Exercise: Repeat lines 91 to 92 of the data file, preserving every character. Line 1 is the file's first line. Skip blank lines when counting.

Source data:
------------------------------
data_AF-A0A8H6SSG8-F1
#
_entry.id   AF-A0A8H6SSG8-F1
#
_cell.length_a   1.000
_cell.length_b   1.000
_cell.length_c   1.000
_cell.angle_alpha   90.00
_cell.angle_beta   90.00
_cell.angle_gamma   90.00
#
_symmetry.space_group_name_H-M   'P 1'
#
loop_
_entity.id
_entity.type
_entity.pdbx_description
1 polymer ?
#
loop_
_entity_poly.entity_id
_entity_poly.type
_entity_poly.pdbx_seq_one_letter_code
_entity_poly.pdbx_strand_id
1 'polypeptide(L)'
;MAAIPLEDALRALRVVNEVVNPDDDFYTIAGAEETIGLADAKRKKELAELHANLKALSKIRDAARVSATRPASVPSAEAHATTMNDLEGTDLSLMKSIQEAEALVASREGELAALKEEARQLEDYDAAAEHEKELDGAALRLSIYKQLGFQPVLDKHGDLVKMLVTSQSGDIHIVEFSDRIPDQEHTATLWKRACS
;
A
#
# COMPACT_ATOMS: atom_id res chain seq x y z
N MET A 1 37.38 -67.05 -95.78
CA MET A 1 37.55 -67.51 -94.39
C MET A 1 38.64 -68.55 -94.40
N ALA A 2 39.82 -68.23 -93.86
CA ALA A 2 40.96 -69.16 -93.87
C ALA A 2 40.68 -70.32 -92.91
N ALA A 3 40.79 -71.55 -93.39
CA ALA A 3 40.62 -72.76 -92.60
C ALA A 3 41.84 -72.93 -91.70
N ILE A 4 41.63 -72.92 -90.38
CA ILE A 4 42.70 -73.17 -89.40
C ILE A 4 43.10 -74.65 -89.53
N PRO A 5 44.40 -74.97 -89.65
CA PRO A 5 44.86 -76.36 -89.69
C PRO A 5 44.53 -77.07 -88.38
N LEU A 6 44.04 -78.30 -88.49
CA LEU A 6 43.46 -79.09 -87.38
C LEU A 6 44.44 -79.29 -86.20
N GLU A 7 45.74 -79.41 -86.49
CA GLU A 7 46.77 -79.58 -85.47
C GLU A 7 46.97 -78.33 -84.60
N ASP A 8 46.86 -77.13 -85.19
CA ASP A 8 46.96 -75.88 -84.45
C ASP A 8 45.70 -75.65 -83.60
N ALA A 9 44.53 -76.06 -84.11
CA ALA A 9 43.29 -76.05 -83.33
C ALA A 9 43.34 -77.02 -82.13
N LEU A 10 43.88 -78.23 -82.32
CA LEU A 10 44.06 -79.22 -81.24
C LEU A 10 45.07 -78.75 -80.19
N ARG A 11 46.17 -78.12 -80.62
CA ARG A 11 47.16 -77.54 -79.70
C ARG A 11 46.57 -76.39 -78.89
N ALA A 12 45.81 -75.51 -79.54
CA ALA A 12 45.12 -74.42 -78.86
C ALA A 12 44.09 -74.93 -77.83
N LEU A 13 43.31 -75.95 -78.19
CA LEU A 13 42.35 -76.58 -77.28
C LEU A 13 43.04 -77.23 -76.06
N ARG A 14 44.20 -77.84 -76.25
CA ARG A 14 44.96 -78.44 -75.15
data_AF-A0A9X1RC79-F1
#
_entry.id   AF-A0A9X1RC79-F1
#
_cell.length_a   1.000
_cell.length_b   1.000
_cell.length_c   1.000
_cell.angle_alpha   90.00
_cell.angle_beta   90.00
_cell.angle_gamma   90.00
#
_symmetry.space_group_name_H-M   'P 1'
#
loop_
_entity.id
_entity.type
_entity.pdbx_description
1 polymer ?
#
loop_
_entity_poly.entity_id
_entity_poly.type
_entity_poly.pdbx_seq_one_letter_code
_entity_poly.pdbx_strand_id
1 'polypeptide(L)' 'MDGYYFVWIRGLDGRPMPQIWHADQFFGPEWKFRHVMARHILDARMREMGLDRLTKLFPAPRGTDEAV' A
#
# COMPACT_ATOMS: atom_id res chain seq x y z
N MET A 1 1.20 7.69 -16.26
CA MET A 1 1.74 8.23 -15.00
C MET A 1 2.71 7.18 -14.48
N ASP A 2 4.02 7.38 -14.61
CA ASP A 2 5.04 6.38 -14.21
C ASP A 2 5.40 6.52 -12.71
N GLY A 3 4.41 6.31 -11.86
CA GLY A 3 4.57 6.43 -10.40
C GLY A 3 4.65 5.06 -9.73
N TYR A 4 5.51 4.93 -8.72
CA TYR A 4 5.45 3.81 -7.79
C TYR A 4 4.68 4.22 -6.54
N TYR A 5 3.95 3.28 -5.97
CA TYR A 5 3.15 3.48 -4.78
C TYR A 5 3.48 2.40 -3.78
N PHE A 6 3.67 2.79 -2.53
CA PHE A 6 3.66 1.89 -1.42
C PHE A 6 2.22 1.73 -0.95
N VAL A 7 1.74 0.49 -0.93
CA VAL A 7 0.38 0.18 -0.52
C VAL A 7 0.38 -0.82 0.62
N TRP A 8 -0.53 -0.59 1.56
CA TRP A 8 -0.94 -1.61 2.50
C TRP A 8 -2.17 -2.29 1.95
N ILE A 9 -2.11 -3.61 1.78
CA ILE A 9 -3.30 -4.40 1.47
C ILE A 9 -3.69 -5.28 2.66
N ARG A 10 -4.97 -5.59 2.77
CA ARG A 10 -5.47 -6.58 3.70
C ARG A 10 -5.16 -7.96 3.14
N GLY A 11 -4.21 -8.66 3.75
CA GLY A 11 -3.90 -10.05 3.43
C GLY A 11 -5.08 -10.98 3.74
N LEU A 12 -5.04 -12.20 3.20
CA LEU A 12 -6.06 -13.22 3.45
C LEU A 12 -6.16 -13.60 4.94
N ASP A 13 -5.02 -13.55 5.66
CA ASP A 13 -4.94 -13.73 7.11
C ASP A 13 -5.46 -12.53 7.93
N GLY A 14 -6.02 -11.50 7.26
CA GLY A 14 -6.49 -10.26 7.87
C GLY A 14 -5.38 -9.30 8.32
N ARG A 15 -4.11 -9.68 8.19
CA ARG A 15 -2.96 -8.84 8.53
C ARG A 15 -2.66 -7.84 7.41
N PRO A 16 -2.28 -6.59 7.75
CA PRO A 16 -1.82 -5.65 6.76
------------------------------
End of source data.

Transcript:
loop_
_entity_poly.entity_id